The principle that provision and identification are closely inter-linked was highlighted by many of the research projects. Teachers reported that planning appropriate curriculum provision to challenge and extend the more able learners raised the expectations and achievements of the whole class and supported effective identification. A project in York, for example, used structured music sessions with the whole class and trained teachers to identify musical talent: many unsuspected, highly talented musicians emerged as a result and were then provided with special mentoring. The project teachers reviewed and revised their teaching strategies alongside their approach to curriculum planning. The Devon project team’s experience reflected many of the other projects in that, overall, the teachers’ curriculum planning became more flexible and creative:

‘… the children’s enthusiasm is infectious and promotes passionate teaching!’

Significant changes to curriculum planning included addressing one or more of the following:

  • the integration of higher-order thinking skills and creative thinking
  • planning open-ended activities or enquiries which increased children’s opportunities for problem solving
  • including the children’s special interests as central to curriculum development.

Effective curriculum provision often necessitated changes to the normal timetable of events. For example, in the Wandsworth project an ‘interest time’ was built into each week’s timetable and, at the outset of each topic, emphasis was given to children establishing questions that they wanted answered. In a similar way, the Dorset and Hillingdon project teachers integrated a programme of special workshops or activity days into their timetables. Dorset focused on the development of cross-curricular tasks to develop children’s creative thinking skills while Hillingdon began with after-school workshop provision for mathematics within a cross-curricular theme. This model was fine-tuned at a later stage and integrated into the daily mathematics lesson within the classroom setting. Two Suffolk schools also gave curriculum time to developing individual children’s special interests via individual ‘I like learning about’ journals. The journals provided a shared home-school focus for developing personalised learning journeys. The Southwark research group devised mini-enrichment projects designed to be cross-curricular and to cater for different learning styles. They too aimed to encourage the use of higher-order thinking skills, problem solving and creativity. Each project was set out on a planning web, showing how activities linking to different areas/subjects of the curriculum could be generated from a single starting point. A broad range of outcomes including story maps, book making, artwork, life-cycle drawings and plays were suggested. Resource boxes were made to support each project and suggestions for other useful materials were made. The mini-enrichment projects were based around familiar children’s stories, eg The Gingerbread Man, Little Mouse and the Big Red Apple and Rumble in the Jungle. The Warrington project developed outdoor and role play material to foster thinking skills for their gifted and talented children. Setting up enrichment activities and using external experts were effective strategies used in some projects. Richmond invited an artist to work with a group of gifted Year 1 writers building a 3D spaceship in order to enhance the children’s opportunities for using imagination and extended vocabulary. Similarly, in order to enrich the curriculum and support children’s ‘expressed interests’, Devon teachers invited specialist inputs from local poets, bee-keepers and smallholders. Teachers drew on a range of expert guidance to help them through the complex process of identification:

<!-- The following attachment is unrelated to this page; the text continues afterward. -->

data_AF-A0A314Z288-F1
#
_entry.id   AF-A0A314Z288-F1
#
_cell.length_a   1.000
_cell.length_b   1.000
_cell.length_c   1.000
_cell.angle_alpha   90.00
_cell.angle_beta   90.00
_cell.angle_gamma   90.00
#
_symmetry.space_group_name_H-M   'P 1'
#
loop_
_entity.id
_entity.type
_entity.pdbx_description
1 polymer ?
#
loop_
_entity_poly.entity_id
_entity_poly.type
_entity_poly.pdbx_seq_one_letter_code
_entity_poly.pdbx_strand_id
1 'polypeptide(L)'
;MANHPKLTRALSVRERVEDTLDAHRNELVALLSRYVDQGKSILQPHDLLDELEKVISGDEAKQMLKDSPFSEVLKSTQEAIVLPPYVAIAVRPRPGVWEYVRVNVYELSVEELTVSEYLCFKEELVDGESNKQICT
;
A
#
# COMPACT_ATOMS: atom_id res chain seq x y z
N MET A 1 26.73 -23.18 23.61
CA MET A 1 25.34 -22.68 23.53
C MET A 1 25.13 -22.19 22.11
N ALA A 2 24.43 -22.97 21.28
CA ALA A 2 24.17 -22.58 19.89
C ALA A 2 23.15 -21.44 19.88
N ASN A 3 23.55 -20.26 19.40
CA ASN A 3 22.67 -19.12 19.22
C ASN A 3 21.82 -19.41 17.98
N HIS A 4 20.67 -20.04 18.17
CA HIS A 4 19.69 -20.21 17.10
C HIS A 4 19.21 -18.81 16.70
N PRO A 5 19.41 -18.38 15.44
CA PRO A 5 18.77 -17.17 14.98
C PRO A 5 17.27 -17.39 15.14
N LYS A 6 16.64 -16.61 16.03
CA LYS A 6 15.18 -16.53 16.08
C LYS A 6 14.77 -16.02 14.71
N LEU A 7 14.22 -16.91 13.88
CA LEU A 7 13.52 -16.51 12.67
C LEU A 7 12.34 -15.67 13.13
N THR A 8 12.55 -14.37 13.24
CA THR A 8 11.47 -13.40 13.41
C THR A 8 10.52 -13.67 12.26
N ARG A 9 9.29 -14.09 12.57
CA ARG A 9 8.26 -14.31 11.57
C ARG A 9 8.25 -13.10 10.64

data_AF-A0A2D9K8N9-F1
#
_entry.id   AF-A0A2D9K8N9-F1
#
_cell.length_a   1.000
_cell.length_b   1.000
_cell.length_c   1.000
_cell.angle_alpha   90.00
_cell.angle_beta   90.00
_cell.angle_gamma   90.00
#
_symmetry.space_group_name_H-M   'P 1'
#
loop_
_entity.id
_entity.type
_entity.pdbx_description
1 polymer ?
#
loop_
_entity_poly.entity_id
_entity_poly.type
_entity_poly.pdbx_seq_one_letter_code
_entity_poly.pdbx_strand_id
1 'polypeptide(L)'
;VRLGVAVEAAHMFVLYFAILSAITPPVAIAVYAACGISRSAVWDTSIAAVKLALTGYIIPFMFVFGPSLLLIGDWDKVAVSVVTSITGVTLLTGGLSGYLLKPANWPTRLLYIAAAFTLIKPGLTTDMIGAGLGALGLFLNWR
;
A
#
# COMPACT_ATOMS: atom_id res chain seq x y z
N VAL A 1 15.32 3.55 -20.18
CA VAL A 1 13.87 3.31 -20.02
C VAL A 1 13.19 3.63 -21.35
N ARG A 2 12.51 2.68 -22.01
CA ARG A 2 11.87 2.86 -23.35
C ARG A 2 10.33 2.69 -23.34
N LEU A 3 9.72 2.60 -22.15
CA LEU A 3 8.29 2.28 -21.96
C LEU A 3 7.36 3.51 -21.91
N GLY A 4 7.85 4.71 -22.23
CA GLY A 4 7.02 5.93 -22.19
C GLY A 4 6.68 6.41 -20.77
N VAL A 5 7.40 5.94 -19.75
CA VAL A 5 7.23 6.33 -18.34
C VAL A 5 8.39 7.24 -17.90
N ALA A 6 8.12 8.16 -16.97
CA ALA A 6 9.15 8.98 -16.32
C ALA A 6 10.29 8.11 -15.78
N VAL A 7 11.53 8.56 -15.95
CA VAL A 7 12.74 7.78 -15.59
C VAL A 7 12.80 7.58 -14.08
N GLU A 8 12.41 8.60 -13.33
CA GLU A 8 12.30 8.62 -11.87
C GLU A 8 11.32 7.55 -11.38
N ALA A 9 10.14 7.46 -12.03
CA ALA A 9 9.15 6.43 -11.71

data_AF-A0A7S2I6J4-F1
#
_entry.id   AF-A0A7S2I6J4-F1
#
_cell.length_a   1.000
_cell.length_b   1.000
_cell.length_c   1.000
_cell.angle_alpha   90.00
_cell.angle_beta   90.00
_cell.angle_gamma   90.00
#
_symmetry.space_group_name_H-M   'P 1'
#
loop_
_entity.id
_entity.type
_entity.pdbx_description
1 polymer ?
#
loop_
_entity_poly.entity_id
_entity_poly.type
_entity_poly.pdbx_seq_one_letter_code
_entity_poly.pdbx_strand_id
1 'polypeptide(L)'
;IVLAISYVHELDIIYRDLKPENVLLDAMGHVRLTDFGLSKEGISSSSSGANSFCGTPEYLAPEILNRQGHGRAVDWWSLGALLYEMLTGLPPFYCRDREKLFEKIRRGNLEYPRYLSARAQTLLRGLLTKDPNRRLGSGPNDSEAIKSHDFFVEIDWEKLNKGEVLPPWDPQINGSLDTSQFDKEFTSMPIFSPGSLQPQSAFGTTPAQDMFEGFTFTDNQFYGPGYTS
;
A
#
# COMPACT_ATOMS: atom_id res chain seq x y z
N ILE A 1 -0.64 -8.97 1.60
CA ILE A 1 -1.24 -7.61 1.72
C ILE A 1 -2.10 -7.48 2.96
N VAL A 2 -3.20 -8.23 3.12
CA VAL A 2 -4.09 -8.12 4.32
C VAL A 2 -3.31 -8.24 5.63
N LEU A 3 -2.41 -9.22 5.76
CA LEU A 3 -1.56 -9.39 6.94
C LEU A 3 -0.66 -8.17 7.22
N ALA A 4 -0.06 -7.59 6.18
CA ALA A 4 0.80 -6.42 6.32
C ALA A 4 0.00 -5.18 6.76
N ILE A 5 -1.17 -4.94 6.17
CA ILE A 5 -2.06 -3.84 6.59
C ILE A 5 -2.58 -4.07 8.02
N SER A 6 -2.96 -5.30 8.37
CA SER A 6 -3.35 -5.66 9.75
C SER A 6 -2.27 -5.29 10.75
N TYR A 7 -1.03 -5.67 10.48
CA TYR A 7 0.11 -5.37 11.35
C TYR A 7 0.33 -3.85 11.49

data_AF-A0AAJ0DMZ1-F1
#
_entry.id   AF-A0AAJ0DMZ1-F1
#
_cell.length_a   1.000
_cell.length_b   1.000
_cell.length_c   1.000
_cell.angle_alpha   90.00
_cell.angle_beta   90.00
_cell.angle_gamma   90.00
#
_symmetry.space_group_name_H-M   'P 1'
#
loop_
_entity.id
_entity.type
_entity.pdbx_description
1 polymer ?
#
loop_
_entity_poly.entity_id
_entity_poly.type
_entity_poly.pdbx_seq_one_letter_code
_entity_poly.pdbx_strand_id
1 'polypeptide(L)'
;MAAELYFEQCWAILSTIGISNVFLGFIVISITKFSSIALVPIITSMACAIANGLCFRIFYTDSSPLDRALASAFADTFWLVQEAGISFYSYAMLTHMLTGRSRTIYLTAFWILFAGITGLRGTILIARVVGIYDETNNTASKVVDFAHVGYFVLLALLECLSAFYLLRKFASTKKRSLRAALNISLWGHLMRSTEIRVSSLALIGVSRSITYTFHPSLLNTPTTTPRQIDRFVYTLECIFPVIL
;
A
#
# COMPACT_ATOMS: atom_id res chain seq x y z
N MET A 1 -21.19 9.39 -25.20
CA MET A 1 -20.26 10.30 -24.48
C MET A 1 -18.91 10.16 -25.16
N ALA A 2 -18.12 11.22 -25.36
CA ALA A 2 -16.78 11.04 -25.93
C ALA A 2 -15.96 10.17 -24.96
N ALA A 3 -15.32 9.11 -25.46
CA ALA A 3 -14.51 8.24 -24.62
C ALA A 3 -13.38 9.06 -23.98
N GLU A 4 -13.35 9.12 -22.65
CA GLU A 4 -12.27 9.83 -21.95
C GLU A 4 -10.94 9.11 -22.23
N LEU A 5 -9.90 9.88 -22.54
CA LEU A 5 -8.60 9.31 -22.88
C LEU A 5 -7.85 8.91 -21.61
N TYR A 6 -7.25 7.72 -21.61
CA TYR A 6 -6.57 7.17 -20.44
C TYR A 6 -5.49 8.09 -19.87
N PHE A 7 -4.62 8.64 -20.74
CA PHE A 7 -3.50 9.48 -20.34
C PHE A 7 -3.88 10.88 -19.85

• Gardner’s theory of multiple intelligences and his assertion that it ‘should be possible to identify an individual’s intellectual profile (or proclivities) at an early age and then draw upon this knowledge to enhance that person’s educational opportunities and options’.
  • Renzulli’s ‘three-ring’ model which emphasises the need for creative productivity in children.
  • Sternberg’s view of intelligence as developing expertise.

There was never an intention to ‘hot house’ pupils, but a belief that bringing them together in an enrichment cluster would offer them challenges and opportunities to be creative. Fears that class teachers might become de-skilled as a result of segregated provision were assuaged as they were seen as integral partners in the process with the intention being to support them in providing for these children back in the classroom. However, the main aim was to avoid the situation – as discerned by one six-year-old boy in the Rotherham project – ‘I am on the hardest shelf and it is far too easy’.

‘One of the reasons that makes educators shy away from the identification and development of talent in younger children is the fear that the advancement will be a “flash in the pan”; but when we combine adults’ descriptions of the children, with evidence from objective measures of development, we can identify children who are gifted and talented and remain so.’ (Robinson, 2006)